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Oryza sativa

AuthorityL.
FamilyLiliopsida:Commelinidae:Cyperales:Gramineae
Synonyms
Common namesrice, riso, riz, arroz, raisi, chawal, dhan, shali, rais, kumi, kome, ku, dao, tao, kao, cau, byeo, padi, paddy, vrihi, arishi, oruza, lúa, lúa gao, arishi Arruz, reis
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Ecocrop code1574



Notes
DESCRIPTION: Cultivated rice is an annual grass. Depending on the degree of photosensitivity its growth duration may range from 60 to more than 200 days. It has round; jointed culm with long narrow leaves. The culm terminates in an inflorescence called a panicle. The height of the culm may vary from 20 cm to over 5 m in some deep-water rice exhibiting excellent internode elongation ability.
Three types of roots are recognized in rice e.g. seminal roots, mesocotyl roots and nodal or adventitious roots. Seminal roots grow out of radicle and are temporary in nature. The radicle emerges after germination. It elongates to about 15 cm and remains functional up to seventh leaf stage. Mesocotyl roots emerge from the axis between the node of the coleoptile and base of radicle. Mesocotyl roots do not grow under normal circumstances. However, under deep seeding conditions emergence of mesocotyl roots are promoted. The rice root system is essentially adventitious, fibrous and arises from the compressed basal nodes. Roots that develop directly from the nodes are called primary roots. Primary roots produce branched secondary roots, which in turn give rise to tertiary roots and so on. The roots, which develop from nodes below the soil surface, are called crown roots and roots that develop from nodes above the soil surface are referred to as nodal roots. Nodal roots are often found in rice cultivars growing at water depth above 80 cm. Most rice varieties reach a maximum depth of 1 m or deeper in soft upland soils. In flooded soils, however rice roots seldom exceed a depth of 40 cm. Aerobic root environments, as in case of upland rice, promote development of root hairs whereas anaerobic condition as in flooded rice, retard the development of root hairs.
The rice stem is known as culm. The culm is made up of a series of nodes and internodes. The node bears a leaf and in its axil between the sheath pulvinus and nodal septum a bud which may grow into a tiller. The region between two nodes is called an internode. Only a few internodes elongate. The number of internodes, which elongate ranges from 3-8. An internode whose length exceeds 5mm is usually considered as elongated. The internodes of a culm vary in length usually increasing from the lower to the upper ones. The lower internodes are compressed into a solid section. The number of nodes varies from 13 to 16 with only the upper 4 or 5 separated by long inter-nodes. Under rapid increases in water level, some deep-water rice varieties the lower inter-node can also elongate in length by over 30 cm each. The plant height is an inherited character. The plant height of the modern high yielding varieties may vary from 90 to 110 cm. with the dwarfing gene as compared to traditional tall varieties where the plant height may vary from 120 to 150 or more. The plant height in deep-water varieties with inter-node elongation ability may reach 5 m. under certain situation.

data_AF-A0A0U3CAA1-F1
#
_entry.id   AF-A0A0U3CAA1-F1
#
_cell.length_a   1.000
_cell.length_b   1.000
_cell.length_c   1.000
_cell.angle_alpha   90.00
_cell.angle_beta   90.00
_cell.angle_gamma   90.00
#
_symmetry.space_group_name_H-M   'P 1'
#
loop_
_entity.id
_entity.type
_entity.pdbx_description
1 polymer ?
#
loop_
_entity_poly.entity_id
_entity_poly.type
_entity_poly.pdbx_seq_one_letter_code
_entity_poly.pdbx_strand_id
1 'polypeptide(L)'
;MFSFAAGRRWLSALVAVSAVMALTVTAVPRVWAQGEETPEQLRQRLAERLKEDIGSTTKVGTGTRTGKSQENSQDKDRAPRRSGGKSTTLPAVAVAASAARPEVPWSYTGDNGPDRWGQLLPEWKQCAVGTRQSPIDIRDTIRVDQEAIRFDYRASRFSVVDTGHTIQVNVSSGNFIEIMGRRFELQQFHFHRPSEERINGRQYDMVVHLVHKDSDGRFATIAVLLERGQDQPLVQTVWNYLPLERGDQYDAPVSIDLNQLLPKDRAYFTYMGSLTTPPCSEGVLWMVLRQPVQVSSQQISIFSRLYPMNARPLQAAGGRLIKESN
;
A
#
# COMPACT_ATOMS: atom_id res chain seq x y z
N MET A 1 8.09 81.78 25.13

A branch of the plant bearing the root, culm leaves and with or without a panicle is called a tiller. Tillers develop from leaf axils at each un-elongated node of the main shoot or from tillers during vegetative growth in an alternate order. On the culm the coleoptile and the first leaf do not produce tillers. Tillering starts from the second leaf when the fifth leaf on the main culm emerges. The primary tillers originate from the lower most nodes and give to secondary tillers, which in turn give rise to tertiary tillers. Tillering ability is a varietal character. The tall traditional varieties are usually low tillering and spreading while the modern high yielding varieties (HYV) have high tillering ability and are compact. In high tillering varieties all the tillers are not productive. Numerous environmental factors also affect tillering ability such as spacing, light, nutrient supply and cultural practices.